Jobs reignites cell phone OS openness debate, calls Android "smokescreen"

In a rare appearance in Apple's quarterly results call with financial analysts, CEO Steve Jobs briefly took over the call to take the offense in the cell phone debate which increasingly looks to be turning against the company. Some of his most pointed comments came over Google's claims that it is more open than iOS.

Google CEO Eric Schmidt recently referred to iOS as a closed platform, Jobs turned around and pointed out that no matter how open the code is itself, manufacturers and carriers still can choose to add their own proprietary code -- and even restrict certain features.

"We think the open versus closed argument is just a smokescreen to try and hide the real issue, which is, what's best for the customer, fragmented versus integrated," Jobs said. "We think Android is very, very fragmented and becoming more fragmented by the day."

(See a transcript of Jobs' comments by clicking here.)

Indeed, Android's fragmentation has become an issue for developers. Due to the fact that just about anyone can create their own version of Android -- something Google points out as a positive -- sometimes it is difficult for a developer to create an application that will work properly on every single version and handset.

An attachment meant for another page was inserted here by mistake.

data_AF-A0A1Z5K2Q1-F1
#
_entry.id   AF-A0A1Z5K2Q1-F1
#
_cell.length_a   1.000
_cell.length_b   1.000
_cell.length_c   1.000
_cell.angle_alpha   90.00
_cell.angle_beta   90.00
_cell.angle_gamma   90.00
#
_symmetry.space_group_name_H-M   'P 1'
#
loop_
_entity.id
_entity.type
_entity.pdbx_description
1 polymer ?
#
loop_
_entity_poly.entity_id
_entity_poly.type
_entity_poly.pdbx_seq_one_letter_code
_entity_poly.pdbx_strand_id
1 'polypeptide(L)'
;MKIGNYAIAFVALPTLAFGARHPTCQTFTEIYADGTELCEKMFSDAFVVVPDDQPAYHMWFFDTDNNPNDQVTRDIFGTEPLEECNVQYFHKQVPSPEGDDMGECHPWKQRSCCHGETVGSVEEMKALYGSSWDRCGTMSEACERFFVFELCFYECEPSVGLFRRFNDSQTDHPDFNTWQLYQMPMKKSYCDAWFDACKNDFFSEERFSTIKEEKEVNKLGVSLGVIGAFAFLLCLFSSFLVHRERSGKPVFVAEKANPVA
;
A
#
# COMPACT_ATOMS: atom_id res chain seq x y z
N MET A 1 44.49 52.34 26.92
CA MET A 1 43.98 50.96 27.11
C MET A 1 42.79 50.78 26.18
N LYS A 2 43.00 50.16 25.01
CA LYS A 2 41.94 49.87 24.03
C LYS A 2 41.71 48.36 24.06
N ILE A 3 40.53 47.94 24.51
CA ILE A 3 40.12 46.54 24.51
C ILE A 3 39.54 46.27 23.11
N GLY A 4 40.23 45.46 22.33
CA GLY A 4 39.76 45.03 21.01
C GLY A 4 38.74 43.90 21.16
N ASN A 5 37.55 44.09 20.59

One developer took issue however with being used as an example in Jobs' call. The Apple CEO said TweetDeck had to contend with over 100 different versions of Android across 244 different handsets. Despite that being their own comments, founder and CEO Iain Dodsworth seemed unhappy he had been singled out by Jobs.

"Did we at any point say it was a nightmare developing on Android? Errr nope, no we didn't. It wasn't," he tweeted.

Jobs went further, mentioning that all the app stores both available now and planned for Android could complicate the picture for developers even more. But no sooner than Jobs was able to make these comments to analysts did Google shoot back to fan the flames even more.

Engineering chief Andy Rubin's tweet may paraphrase the company's response into 140 characters: "mkdir android ; cd android ; repo init -u git:// ; repo sync ; make." In short, that's the Linux code that is used to compile Android, which then can be modified as the developer desires.

Obviously Apple's proprietary model does not allow that, but it does not seem to phase Jobs. "When selling to users who want their devices to just work, we believe integrated will trump fragmented every time," he quipped during the call.

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